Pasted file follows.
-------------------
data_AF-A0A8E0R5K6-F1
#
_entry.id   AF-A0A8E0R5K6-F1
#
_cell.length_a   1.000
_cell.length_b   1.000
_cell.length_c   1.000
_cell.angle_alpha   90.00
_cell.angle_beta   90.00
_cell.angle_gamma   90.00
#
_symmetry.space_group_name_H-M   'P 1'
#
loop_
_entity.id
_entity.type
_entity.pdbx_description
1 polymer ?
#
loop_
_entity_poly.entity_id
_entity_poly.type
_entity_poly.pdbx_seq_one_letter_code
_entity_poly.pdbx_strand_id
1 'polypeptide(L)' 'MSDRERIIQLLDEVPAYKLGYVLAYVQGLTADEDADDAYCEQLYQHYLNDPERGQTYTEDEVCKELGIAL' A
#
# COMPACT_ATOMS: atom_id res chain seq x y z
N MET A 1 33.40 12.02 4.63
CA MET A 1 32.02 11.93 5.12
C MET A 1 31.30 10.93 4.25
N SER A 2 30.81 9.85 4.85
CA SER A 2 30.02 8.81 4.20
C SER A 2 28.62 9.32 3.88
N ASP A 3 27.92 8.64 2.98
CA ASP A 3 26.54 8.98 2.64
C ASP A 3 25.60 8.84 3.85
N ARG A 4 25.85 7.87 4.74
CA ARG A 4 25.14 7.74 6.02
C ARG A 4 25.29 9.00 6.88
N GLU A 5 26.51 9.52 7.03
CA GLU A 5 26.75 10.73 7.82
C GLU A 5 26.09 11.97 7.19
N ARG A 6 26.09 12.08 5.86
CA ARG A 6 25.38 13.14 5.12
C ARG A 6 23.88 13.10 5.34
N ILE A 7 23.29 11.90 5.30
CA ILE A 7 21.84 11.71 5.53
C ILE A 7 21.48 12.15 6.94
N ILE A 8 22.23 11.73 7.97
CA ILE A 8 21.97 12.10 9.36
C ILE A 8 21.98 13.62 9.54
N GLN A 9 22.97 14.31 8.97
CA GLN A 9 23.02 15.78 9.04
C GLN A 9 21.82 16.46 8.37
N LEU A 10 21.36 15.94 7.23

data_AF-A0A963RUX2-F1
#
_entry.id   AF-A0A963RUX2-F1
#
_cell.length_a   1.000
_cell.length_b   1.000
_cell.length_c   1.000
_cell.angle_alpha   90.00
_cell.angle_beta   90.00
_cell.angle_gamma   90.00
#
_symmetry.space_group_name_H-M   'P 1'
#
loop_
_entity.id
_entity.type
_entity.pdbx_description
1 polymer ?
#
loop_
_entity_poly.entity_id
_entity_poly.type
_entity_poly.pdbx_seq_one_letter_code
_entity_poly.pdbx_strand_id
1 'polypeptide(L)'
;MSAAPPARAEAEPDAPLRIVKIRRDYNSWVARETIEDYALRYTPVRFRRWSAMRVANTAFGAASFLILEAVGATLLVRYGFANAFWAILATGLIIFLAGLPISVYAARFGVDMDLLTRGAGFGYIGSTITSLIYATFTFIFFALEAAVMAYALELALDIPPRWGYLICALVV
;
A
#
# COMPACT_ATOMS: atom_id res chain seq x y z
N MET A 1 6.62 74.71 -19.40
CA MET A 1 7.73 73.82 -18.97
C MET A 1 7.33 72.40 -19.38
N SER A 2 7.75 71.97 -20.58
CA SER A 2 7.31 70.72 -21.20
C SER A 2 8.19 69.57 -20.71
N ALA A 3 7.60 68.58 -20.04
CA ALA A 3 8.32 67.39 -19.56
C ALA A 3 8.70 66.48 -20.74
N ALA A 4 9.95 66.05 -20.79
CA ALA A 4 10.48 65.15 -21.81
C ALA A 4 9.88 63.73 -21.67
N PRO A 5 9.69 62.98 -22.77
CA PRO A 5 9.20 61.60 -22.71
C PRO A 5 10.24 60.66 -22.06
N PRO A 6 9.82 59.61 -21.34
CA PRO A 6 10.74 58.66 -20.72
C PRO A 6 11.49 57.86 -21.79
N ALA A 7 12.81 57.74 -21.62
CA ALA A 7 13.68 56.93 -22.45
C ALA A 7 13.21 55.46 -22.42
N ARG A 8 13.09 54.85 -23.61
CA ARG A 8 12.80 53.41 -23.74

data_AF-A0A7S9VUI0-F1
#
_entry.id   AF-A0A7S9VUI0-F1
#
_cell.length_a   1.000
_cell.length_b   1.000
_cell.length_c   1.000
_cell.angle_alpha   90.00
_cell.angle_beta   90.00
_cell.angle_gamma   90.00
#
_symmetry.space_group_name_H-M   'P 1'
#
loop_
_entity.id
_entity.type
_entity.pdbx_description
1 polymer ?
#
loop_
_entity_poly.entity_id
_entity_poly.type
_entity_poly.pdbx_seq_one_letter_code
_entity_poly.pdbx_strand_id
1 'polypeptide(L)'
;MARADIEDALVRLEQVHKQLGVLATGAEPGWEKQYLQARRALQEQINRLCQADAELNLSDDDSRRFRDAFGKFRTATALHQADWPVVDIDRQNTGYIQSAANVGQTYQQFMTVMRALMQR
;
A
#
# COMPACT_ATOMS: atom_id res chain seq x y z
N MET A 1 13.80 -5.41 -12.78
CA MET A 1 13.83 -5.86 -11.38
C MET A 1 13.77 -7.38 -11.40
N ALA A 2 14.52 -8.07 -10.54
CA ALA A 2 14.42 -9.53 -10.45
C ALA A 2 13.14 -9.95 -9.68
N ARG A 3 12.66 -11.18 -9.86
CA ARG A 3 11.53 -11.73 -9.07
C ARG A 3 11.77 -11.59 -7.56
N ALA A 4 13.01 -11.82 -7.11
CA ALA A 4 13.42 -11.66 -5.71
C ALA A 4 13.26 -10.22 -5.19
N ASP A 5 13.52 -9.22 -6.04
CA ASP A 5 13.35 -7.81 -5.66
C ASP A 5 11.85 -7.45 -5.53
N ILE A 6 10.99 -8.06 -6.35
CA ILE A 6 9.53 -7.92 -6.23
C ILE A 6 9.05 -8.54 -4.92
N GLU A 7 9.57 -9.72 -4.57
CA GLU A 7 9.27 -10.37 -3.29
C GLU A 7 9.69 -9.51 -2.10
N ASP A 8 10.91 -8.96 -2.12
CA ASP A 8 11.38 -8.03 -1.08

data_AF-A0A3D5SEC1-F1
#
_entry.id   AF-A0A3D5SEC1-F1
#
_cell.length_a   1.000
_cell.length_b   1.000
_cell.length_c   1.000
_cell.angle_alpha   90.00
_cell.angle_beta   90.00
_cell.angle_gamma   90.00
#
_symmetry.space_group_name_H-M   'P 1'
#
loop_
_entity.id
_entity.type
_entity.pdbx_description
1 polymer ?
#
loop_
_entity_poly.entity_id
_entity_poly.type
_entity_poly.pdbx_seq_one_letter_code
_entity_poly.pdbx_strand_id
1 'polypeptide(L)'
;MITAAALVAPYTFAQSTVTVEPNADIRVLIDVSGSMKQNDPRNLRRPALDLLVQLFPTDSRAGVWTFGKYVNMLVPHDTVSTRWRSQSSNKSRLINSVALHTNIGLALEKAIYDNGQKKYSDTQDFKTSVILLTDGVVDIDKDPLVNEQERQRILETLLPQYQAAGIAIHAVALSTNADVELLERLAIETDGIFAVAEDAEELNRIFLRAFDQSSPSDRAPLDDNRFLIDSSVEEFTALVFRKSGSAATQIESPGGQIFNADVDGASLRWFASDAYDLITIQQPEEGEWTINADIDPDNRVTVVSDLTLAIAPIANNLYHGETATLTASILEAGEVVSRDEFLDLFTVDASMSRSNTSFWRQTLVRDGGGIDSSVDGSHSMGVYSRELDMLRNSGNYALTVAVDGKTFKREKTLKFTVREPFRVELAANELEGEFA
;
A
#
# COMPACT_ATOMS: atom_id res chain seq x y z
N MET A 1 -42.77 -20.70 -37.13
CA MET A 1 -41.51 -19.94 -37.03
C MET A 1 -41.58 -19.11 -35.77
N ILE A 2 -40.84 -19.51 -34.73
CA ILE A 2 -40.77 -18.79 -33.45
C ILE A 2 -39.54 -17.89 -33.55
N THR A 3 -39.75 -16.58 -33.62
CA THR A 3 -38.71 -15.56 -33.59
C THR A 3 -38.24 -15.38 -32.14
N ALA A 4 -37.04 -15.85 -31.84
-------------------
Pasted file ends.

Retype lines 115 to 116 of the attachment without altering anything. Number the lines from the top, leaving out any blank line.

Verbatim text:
_cell.length_c   1.000
_cell.angle_alpha   90.00